At this time of year, it’s hard not to feel compelled to “reflect”. From adverts on TV, to posts shared on Facebook (and articles like this one), reflection is everywhere. We reflect on the year past, the year ahead, the implications for ourselves and our families, and the changes we might make.
I have to admit, it’s something I’ve been doing myself. About a month ago, I started a new job as director of the Open University (OU) in Scotland – the sort of thing that definitely prompts some festive reflection. It’s exciting. It’s daunting. It’s a privilege. It’s a huge responsibility. But mostly, it’s a massive opportunity.
The OU is one of the largest universities in Europe with nearly 200,000 students, more than 14,000 in Scotland. What makes the OU unique is that it does exactly what it says on the tin – it really is open, with no requirement for entrance qualifications.
It was this openness, this commitment to making higher education more accessible, and to promoting social justice through learning that attracted me to this job. Now that I’ve got a month under my belt, I’m more enthused than ever. I can’t wait for 2016 to start and, working with the university’s dedicated staff, the chance to help our incredible students achieve their goals.
When you’re reflecting, you might well decide it’s time to make your own change. We love to make New Year’s resolutions, all fresh and ready for the challenges ahead… and then it all goes wrong.
Polling company YouGov found that nearly two-thirds of us, fully 63 per cent of British adults, intended to turn over a new leaf in 2015 – but half of those expected to have broken their own resolution by the end of January. Worse, a 2002 study by the University of Scranton found that fully a quarter of American adults who had resolved to make some sort of change had come unstuck by the end of the first week.
Why are we so terrible at keeping our life-changing, earth-shattering, fantastically well-intentioned New Year’s resolutions? The problem seems to be, in large part, that we think of them as life-changing, earth-shattering, fantastically well-intentioned. We bite off more than we can chew, and when it turns out that we can’t cope with our hopelessly optimistic goal, we give up entirely.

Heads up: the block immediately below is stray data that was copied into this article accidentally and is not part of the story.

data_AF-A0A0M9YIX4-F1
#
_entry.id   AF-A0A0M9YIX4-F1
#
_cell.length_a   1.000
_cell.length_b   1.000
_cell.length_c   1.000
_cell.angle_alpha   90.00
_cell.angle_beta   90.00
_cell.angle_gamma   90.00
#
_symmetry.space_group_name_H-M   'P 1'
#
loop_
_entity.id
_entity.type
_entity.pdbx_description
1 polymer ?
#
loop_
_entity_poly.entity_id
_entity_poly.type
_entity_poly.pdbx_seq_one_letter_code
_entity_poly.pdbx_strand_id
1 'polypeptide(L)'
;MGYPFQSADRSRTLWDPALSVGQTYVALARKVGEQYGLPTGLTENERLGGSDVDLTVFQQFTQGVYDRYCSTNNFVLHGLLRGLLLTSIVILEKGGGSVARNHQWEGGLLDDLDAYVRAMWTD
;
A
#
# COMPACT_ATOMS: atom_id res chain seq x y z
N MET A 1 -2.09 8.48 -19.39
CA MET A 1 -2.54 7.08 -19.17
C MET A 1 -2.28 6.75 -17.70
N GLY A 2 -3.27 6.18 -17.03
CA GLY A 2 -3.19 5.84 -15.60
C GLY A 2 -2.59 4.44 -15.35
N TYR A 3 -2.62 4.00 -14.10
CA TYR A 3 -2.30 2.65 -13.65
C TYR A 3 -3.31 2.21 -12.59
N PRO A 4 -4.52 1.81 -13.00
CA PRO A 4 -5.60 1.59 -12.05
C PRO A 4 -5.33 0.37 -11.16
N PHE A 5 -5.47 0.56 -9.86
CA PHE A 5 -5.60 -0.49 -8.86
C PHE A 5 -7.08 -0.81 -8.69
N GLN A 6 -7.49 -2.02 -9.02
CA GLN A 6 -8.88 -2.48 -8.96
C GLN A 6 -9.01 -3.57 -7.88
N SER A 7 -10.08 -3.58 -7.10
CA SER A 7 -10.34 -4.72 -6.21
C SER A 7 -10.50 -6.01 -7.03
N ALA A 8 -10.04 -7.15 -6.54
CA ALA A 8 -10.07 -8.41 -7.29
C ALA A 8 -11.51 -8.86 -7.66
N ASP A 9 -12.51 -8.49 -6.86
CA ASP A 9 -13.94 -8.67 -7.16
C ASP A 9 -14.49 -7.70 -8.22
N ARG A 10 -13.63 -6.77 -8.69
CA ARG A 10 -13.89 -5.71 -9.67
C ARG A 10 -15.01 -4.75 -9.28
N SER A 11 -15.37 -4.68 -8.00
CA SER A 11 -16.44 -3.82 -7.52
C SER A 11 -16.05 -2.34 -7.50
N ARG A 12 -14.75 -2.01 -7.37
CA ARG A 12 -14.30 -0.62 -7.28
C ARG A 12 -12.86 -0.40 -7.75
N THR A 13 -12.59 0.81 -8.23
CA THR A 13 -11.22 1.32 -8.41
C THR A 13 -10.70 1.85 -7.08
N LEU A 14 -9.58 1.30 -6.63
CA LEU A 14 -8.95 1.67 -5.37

Dr Ben Gardner, a health psychologist at University College London, says that, put simply, our resolutions are unrealistic. Timing is also an issue; we feel obliged to make changes around now, and actually now just might not be the best time for you. It also means that, for all we’re reflecting, we might not have put the right amount of thought into what we want to do in order to meet the arbitrary decision deadline of 1 January.
But change is good, so how do we do it? The research consensus is that you should start small. Keep it manageable and achievable, and give yourself room to make mistakes. If you need help, we have a free app called Personal Best which can help you to consider, set and achieve goals. They don’t have to be about learning; it could be keeping fit, stopping smoking, changing diet, anything at all.
If your goal is to learn something new, it will come as no surprise to find out that I think we can help you with that, too. I’m not suggesting you should rush off and sign up for a degree (although if you want to, the final enrolment date for a February start is 7 January, so hurry!); as part of our mission to make knowledge accessible, we offer all sorts of quality learning for free.
OpenLearn has more than 800 free courses, from cyber security to bookkeeping and accounting, forensic psychology to musical theory, ranging in length from a few minutes to a few months. But it’s not just about us. FutureLearn includes courses from The OU as well as other universities from all over the world, and organisations like the European Space Agency and the British Museum – and they’re all free, too. You can use all these free courses to start small and learn something new, whenever it suits you – and who knows where it might lead?
From everyone at the OU in Scotland, have a Happy New Year.
• Susan Stewart is the director of the Open University in Scotland. www.open.edu/openlearn